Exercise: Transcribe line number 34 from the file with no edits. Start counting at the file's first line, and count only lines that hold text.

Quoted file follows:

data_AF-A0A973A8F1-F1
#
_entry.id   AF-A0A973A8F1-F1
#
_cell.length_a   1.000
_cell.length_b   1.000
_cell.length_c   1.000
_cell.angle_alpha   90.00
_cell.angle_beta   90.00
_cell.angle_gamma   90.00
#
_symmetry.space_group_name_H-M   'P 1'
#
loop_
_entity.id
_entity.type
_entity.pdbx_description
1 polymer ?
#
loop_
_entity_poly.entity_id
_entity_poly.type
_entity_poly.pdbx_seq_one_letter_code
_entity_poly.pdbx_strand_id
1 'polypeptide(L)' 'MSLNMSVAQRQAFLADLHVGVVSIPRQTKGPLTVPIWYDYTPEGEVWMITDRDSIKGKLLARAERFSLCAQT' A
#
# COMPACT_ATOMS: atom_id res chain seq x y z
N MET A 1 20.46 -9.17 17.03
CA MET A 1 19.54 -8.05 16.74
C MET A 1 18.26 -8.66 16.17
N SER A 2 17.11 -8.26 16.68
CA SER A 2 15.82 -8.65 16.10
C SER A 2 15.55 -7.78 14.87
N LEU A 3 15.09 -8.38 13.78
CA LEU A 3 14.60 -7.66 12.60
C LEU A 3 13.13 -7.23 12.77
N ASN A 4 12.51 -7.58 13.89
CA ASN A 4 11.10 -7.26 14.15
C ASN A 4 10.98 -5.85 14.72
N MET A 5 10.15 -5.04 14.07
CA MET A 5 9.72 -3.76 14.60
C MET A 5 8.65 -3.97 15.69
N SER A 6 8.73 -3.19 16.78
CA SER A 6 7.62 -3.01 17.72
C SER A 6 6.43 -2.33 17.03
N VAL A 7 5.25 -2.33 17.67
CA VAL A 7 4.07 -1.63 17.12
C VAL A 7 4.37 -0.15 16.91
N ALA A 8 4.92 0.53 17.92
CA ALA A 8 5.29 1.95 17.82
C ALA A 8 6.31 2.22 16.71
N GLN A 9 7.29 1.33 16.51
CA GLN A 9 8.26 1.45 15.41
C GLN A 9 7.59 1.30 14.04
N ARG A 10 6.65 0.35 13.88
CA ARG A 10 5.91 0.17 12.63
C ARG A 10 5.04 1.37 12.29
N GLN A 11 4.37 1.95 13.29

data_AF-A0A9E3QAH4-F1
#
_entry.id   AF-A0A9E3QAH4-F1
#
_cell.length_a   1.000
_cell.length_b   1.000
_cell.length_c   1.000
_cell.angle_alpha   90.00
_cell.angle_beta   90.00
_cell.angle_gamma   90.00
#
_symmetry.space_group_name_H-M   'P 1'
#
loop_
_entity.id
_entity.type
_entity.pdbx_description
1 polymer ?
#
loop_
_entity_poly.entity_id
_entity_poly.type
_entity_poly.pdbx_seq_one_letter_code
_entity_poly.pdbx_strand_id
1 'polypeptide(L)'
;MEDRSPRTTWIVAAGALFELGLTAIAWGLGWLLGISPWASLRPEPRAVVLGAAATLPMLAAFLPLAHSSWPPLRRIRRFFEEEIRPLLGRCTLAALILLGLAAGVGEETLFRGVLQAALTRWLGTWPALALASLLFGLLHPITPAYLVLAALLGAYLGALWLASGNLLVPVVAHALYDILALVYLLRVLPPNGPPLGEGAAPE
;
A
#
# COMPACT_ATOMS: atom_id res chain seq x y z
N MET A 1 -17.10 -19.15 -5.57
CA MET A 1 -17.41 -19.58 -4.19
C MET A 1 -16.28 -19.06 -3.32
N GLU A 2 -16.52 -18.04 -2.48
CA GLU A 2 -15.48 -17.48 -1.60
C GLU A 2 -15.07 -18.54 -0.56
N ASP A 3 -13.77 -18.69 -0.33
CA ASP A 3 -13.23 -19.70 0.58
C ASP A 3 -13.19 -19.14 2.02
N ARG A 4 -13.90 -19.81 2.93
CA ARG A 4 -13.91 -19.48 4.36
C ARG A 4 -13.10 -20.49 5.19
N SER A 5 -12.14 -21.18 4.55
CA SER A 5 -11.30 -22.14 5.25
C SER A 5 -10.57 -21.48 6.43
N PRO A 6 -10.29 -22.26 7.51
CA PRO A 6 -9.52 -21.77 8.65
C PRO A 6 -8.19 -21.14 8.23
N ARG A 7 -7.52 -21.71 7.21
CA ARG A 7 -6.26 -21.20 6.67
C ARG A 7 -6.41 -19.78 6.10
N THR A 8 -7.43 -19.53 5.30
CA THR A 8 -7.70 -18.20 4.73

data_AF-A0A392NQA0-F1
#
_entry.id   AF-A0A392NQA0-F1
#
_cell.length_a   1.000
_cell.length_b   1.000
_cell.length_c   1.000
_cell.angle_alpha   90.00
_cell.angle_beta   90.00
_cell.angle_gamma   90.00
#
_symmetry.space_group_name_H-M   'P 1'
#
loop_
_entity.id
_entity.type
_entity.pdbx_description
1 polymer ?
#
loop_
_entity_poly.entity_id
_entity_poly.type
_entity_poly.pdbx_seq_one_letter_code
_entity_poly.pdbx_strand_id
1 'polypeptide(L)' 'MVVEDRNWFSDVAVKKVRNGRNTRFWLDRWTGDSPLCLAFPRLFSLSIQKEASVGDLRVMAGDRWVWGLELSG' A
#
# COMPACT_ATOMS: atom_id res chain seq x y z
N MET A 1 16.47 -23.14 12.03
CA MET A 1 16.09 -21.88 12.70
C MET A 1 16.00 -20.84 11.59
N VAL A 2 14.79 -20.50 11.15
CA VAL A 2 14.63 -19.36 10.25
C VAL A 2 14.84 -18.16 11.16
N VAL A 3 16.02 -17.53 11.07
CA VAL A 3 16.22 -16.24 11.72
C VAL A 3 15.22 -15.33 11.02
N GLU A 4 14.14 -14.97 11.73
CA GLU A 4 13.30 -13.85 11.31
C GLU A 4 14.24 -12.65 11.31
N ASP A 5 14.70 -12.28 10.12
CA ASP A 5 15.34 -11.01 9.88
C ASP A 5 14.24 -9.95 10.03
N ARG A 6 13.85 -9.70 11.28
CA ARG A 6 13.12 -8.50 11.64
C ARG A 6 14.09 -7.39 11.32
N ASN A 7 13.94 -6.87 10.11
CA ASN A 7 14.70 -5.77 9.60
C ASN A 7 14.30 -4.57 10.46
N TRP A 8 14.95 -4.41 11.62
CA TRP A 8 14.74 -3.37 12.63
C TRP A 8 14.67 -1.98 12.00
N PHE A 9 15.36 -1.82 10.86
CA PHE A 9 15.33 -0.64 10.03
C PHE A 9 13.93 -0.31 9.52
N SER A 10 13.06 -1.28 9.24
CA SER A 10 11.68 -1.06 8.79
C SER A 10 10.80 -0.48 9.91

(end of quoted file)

N LEU A 3 15.09 -8.38 13.78